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were forced to evacuate Fort Pillow. Now only Montgomery's eight cotton-clad steam rams protected Memphis.

At dawn on June 6, as the Federal fleet of five ironclads and four rams steamed into view, Montgomery's gunboats prepared to defend Memphis from the river. In a melee of ramming and close-quarter fighting, three Confederate boats were destroyed and four captured.

Confederate casualties numbered an estimated 100 dead and 70-100 captured. Only four Federal casualties were recorded. Memphis surrendered to Federal authority, leaving Vicksburg the next strategic target in the Union's Mississippi Valley Campaign.

f 1 April 8-29: Halleck assembles three " separate armies as one massive army group

1^2) April 22: Pope's army begins to arrive in preparation for offensive. Davis's division arrives to reinforce Halleck

0 April 29: Halleck's army group advances inland along a ten mile front

(jT) Hampered by spring storms and sickness, Halleck's Federals dig rifle pits and redoubts, and improve roads to bring up army and its supplies

(J) May 4: Sherman's division entrenches. Concerned about his exposed right flank, Halleck entrenches Thomas's army upon each stage of the advance

(jj) May 9: Beauregard attacks elements of Pope's army in Farmington, but disorganized assault enables Pope to extract his forces

(j^ May 28-29: Federals partially invest Corinth, and shell the town

(^gj May 29: Beauregard, unable to defeat Federal army, evacuates Corinth during the night and moves to Tupelo

May 30: Halleck takes possession of ^ Corinth

Author of a number of standard works on tactics, Maj. Gen. Henry Wager Halleck (right) was known by the nickname "Old Brains". Many who had heard of the general's reputation experienced "a distinct feeling of disappointment" when they met him in person.

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northward, briefly occupying Natchez ^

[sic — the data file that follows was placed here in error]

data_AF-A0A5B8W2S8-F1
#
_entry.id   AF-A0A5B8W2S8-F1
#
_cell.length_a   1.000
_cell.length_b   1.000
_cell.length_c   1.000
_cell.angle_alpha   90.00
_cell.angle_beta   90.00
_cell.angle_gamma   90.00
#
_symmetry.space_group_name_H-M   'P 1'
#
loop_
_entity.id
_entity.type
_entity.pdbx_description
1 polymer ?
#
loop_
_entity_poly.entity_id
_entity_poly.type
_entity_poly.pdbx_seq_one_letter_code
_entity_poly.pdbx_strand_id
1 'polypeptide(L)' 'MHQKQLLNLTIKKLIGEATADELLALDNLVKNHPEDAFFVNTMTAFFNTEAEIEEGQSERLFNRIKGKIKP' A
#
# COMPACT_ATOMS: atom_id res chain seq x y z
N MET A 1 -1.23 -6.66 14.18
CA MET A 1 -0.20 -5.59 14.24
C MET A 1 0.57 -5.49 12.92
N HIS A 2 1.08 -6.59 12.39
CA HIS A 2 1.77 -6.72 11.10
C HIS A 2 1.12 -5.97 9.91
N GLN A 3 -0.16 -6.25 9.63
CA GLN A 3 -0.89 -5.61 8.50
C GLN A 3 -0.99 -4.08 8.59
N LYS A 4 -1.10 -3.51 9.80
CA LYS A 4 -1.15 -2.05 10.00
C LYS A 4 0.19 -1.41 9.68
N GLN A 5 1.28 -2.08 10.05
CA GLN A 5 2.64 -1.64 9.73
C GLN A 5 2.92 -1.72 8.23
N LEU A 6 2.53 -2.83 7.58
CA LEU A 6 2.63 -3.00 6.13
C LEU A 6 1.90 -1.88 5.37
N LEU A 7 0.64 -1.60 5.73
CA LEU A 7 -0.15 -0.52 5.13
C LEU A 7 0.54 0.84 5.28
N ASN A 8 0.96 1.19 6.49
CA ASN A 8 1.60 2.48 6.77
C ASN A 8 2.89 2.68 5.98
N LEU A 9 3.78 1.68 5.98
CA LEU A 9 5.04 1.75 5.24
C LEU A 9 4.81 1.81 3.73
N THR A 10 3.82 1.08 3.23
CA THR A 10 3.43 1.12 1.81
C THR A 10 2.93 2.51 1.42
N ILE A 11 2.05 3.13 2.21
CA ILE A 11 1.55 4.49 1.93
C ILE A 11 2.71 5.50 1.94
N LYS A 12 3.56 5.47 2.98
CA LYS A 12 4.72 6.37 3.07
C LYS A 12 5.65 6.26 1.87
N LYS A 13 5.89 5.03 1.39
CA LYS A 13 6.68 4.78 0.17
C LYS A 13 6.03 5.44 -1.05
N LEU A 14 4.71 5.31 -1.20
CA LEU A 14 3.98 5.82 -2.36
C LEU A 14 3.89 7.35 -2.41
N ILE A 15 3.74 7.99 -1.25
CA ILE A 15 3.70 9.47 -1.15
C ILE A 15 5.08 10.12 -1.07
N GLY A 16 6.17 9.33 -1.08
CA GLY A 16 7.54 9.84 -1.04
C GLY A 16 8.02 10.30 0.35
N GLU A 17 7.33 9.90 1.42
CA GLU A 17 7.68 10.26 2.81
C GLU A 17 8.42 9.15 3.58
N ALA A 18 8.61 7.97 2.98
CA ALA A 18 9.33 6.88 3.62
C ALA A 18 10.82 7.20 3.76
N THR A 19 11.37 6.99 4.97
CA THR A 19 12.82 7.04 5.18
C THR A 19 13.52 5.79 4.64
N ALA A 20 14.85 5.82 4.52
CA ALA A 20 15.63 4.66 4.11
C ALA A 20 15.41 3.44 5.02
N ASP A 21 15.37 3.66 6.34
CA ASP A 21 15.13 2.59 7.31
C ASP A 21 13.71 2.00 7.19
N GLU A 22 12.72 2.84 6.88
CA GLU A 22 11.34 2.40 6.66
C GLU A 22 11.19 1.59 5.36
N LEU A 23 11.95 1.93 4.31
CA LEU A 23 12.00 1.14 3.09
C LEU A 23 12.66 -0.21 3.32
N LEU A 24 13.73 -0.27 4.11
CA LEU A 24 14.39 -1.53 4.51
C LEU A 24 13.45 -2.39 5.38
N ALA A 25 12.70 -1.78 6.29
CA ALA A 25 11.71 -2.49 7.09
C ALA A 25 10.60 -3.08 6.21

The Union mortar flotilla was commanded by Farragut's adoptive brother, David D. Forter. For six days forts Jackson and St. Fhilip were bombarded by the 20 mortar schooners, each of which mounted one heavy 13-inch mortar and two or more long 32-pounders (above).

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The Lower Mississippi

Lower Mississippi Valley april 24 -

july 1862

Militarily for the Union, only the avoidance of European intervention and the retention of the border states exceeded the importance of controlling the Mississippi River. After efforts to descend it failed, the Lincoln administration ordered an attack on New Orleans. While Federal forces under Captain David G. Farragut and General Butler organized at Ship Island, Confederate officials reduced the garrison at New Orleans. When Farragut's ships entered the Mississippi in early April, Confederate opposition consisted of 500 men and 80 cannon in Forts Jackson and St. Philip, a chain floated on barges to barricade the river, and an ineffective fleet.

After a six-day mortar bombardment failed to silence the forts, Farragut decided to run the gauntlet. Early on April 24, his fleet penetrated the barricade, passed the forts, and destroyed the Confederate flotilla. Continuing upstream, Farragut captured New Orleans, the Confederates having abandoned the city to avoid its destruction by bombardment.

Going on to Vicksburg, Farragut discovered that its high bluffs rendered naval bombardment ineffective. Regardless, his superiors ordered him to continue the shelling. In late June, Farragut passed the Vicksburg batteries to join a Federal flotilla upstream. On July 15, the Confederate ironclad Arkansas passed through both Federal fleets before anchoring at Vicksburg. That night, Farragut ran the gauntlet again in an unsuccessful attempt to destroy the Arkansas.

Within two weeks, increasing sickness and the falling river compelled Farragut to abandon Vicksburg. After landing General Thomas Williams and 3,200 soldiers at Baton Rouge, the fleet continued to New Orleans. Farragut's departure from Vicksburg prompted Confederate General Van Dorn to secure the Mississippi between Vicksburg and Port Hudson.

On August 5, Confederate forces attacked Baton Rouge. Fog, friendly fire, and excessive troop movements hampered their advance, but once the first Federal regiment broke and Williams was killed, a rout quickly ensued. The Confederates chased the Federals to the river, where shells from Federal gunboats halted their pursuit. Although Arkansas's engine failure robbed the Confederates of a tactical victory, the threat they posed caused the Federals to evacuate Baton Rouge 16 days later, enabling Van Dorn to fortify Port Hudson.

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